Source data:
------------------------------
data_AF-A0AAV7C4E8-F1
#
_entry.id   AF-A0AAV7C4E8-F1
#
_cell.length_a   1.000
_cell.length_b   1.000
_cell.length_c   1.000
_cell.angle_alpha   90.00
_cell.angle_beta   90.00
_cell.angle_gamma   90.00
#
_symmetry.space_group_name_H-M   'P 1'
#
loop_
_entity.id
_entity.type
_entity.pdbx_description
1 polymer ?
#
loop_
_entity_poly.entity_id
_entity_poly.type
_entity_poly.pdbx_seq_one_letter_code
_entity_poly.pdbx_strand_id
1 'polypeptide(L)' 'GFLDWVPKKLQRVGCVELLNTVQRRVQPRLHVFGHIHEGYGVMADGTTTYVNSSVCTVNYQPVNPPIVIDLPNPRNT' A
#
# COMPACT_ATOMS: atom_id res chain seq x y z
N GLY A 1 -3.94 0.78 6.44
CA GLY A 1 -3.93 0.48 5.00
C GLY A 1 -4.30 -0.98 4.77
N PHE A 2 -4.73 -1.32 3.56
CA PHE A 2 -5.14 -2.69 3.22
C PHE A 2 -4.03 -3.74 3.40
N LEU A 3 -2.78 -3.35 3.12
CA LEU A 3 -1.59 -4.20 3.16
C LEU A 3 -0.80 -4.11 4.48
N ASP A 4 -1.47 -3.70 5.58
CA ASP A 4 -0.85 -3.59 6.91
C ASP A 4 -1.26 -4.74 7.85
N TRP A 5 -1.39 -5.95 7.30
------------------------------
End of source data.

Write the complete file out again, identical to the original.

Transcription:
data_AF-A0AAV7C4E8-F1
#
_entry.id   AF-A0AAV7C4E8-F1
#
_cell.length_a   1.000
_cell.length_b   1.000
_cell.length_c   1.000
_cell.angle_alpha   90.00
_cell.angle_beta   90.00
_cell.angle_gamma   90.00
#
_symmetry.space_group_name_H-M   'P 1'
#
loop_
_entity.id
_entity.type
_entity.pdbx_description
1 polymer ?
#
loop_
_entity_poly.entity_id
_entity_poly.type
_entity_poly.pdbx_seq_one_letter_code
_entity_poly.pdbx_strand_id
1 'polypeptide(L)' 'GFLDWVPKKLQRVGCVELLNTVQRRVQPRLHVFGHIHEGYGVMADGTTTYVNSSVCTVNYQPVNPPIVIDLPNPRNT' A
#
# COMPACT_ATOMS: atom_id res chain seq x y z
N GLY A 1 -3.94 0.78 6.44
CA GLY A 1 -3.93 0.48 5.00
C GLY A 1 -4.30 -0.98 4.77
N PHE A 2 -4.73 -1.32 3.56
CA PHE A 2 -5.14 -2.69 3.22
C PHE A 2 -4.03 -3.74 3.40
N LEU A 3 -2.78 -3.35 3.12
CA LEU A 3 -1.59 -4.20 3.16
C LEU A 3 -0.80 -4.11 4.48
N ASP A 4 -1.47 -3.70 5.58
CA ASP A 4 -0.85 -3.59 6.91
C ASP A 4 -1.26 -4.74 7.85
N TRP A 5 -1.39 -5.95 7.30